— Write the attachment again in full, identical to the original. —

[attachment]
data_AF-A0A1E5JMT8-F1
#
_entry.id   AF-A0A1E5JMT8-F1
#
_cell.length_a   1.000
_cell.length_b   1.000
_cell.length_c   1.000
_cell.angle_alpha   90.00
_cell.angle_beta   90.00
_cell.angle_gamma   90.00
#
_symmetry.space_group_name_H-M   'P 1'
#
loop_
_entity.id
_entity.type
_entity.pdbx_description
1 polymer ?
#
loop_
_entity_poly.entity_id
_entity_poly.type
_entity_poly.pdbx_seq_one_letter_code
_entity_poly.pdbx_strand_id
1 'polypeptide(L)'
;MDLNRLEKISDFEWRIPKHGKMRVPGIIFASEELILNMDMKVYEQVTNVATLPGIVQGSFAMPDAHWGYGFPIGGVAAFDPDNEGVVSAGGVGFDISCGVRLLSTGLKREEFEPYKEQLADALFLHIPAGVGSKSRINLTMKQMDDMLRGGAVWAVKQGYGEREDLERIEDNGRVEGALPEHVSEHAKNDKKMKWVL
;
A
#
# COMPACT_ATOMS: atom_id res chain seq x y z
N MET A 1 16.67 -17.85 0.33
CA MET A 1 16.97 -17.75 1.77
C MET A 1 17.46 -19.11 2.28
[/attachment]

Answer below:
data_AF-A0A1E5JMT8-F1
#
_entry.id   AF-A0A1E5JMT8-F1
#
_cell.length_a   1.000
_cell.length_b   1.000
_cell.length_c   1.000
_cell.angle_alpha   90.00
_cell.angle_beta   90.00
_cell.angle_gamma   90.00
#
_symmetry.space_group_name_H-M   'P 1'
#
loop_
_entity.id
_entity.type
_entity.pdbx_description
1 polymer ?
#
loop_
_entity_poly.entity_id
_entity_poly.type
_entity_poly.pdbx_seq_one_letter_code
_entity_poly.pdbx_strand_id
1 'polypeptide(L)'
;MDLNRLEKISDFEWRIPKHGKMRVPGIIFASEELILNMDMKVYEQVTNVATLPGIVQGSFAMPDAHWGYGFPIGGVAAFDPDNEGVVSAGGVGFDISCGVRLLSTGLKREEFEPYKEQLADALFLHIPAGVGSKSRINLTMKQMDDMLRGGAVWAVKQGYGEREDLERIEDNGRVEGALPEHVSEHAKNDKKMKWVL
;
A
#
# COMPACT_ATOMS: atom_id res chain seq x y z
N MET A 1 16.67 -17.85 0.33
CA MET A 1 16.97 -17.75 1.77
C MET A 1 17.46 -19.11 2.28